Investors look to IP to test investment risk

Investors are increasingly concerned with a company’s intellectual property, but many lack the tools to analyse it accurately in their due diligence.

According to research carried out by law firm Howrey Simon Arnold & White, one in four UK investors – more than 100 VCs, private equity firms and buy-side analysts were surveyed – would turn down an investment opportunity if the company’s intellectual property (IP) strategy proved to be inadequate.

Nearly all the investors that were polled believed that IP protects a company’s market position, enhances profitability and influences a company’s share price. 65 per cent of the investors said that during an economic downturn, the IP strategy was a key factor in determining whether a company would survive.

Nevertheless a third of the investors felt that the majority of businesses did not have an effective IP strategy in place, and agreed that more companies had to build a comprehensive and ongoing strategy to build investor confidence. In the report, investors praised companies such as ARM Holdings, Glaxo Smith Kline and AstraZeneca for their efforts in this area, but condemned British Telecom.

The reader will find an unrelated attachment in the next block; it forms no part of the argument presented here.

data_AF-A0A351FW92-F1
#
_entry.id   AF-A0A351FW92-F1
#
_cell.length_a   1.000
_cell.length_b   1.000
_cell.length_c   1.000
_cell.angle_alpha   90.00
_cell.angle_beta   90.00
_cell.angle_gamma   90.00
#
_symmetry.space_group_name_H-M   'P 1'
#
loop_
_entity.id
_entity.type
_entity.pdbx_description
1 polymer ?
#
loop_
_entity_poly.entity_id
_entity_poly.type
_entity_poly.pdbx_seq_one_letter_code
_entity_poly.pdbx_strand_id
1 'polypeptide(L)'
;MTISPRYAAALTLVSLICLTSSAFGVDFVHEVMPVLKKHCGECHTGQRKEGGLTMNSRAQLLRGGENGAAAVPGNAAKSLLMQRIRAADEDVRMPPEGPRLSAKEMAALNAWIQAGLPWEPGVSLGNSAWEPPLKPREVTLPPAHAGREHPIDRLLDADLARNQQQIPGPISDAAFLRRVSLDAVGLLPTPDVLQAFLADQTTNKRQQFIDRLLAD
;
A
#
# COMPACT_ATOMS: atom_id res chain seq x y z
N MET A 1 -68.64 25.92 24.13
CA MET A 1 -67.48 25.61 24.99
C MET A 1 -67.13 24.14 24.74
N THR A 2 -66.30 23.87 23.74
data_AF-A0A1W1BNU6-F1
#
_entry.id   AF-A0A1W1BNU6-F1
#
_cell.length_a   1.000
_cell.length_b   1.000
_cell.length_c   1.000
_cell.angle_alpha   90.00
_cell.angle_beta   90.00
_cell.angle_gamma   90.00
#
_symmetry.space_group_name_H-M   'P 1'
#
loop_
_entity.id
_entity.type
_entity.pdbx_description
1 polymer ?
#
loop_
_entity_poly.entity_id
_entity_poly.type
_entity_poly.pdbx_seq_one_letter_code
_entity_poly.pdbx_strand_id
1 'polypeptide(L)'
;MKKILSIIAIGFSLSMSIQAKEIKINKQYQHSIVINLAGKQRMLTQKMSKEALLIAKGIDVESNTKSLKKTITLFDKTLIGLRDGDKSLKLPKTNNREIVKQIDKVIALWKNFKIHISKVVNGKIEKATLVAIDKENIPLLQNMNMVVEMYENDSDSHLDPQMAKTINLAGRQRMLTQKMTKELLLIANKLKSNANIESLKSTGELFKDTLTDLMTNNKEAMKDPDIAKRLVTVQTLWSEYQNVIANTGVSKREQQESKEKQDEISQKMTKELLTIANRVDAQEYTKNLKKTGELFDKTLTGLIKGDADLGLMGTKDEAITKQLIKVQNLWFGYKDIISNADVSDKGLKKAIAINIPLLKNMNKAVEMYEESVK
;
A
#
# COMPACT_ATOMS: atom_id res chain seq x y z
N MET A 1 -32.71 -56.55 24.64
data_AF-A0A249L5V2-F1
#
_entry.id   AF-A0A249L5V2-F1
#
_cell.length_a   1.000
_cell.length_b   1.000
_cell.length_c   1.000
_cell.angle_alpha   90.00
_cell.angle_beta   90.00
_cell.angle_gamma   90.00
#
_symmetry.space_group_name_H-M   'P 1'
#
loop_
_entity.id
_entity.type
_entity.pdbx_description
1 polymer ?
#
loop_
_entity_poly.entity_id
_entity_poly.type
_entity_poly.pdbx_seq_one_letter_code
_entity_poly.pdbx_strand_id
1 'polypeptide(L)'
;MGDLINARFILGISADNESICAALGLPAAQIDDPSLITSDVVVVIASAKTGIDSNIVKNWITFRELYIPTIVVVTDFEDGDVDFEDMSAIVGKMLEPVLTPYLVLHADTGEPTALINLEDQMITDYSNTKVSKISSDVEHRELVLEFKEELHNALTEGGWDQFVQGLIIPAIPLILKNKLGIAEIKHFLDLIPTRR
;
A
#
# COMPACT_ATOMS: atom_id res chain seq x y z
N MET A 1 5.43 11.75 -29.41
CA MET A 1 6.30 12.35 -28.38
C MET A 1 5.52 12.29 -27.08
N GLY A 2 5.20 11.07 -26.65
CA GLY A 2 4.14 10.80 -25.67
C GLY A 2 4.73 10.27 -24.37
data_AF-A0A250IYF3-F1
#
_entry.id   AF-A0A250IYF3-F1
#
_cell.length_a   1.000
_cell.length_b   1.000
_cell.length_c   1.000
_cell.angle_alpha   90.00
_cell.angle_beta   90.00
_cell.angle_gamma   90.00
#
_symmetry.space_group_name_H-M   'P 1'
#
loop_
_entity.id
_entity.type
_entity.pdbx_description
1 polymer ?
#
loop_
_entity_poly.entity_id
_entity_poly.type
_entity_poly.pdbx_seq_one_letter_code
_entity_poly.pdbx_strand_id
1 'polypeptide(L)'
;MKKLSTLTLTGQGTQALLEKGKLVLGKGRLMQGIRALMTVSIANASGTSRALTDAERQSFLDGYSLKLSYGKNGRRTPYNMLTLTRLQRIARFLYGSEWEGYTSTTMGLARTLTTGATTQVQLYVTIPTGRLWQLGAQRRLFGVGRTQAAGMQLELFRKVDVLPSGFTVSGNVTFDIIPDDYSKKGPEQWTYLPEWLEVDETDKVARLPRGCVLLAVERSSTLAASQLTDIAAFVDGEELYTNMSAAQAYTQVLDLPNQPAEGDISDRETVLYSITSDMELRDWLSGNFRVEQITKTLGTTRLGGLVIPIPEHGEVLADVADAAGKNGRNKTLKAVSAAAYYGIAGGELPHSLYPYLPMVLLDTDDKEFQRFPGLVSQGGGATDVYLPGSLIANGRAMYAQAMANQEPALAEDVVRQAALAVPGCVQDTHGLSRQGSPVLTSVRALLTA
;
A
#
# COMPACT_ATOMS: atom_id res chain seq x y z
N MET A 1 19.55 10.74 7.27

Koos Rasser, managing partner at Howrey Simon Arnold & White pointed out that forewarned is forearmed. “The key is to establish whether a prospective company has an IP strategy, more importantly whether it actively exploits that strategy and whether its results match promised performance.”

However it was also widely held that accurately assessing a company’s IP strategy remained an inexact science. Only one in three investors could say they formally analysed a company’s IP on a regular basis. 56 per cent allowed that IP could not be measured accurately, and that they had to rely on subjective assessments made from annual reports, industry journals or from the company’s management.

The report also found that many investors had a difficult time identifying an IP strategy beyond the well-known entities such as patents, copyrights, and trademarks. This meant most companies assets were only measured by R&D pipeline and spend, the average time taken for competitors to match a new product, return on capital or the simple number of patents held.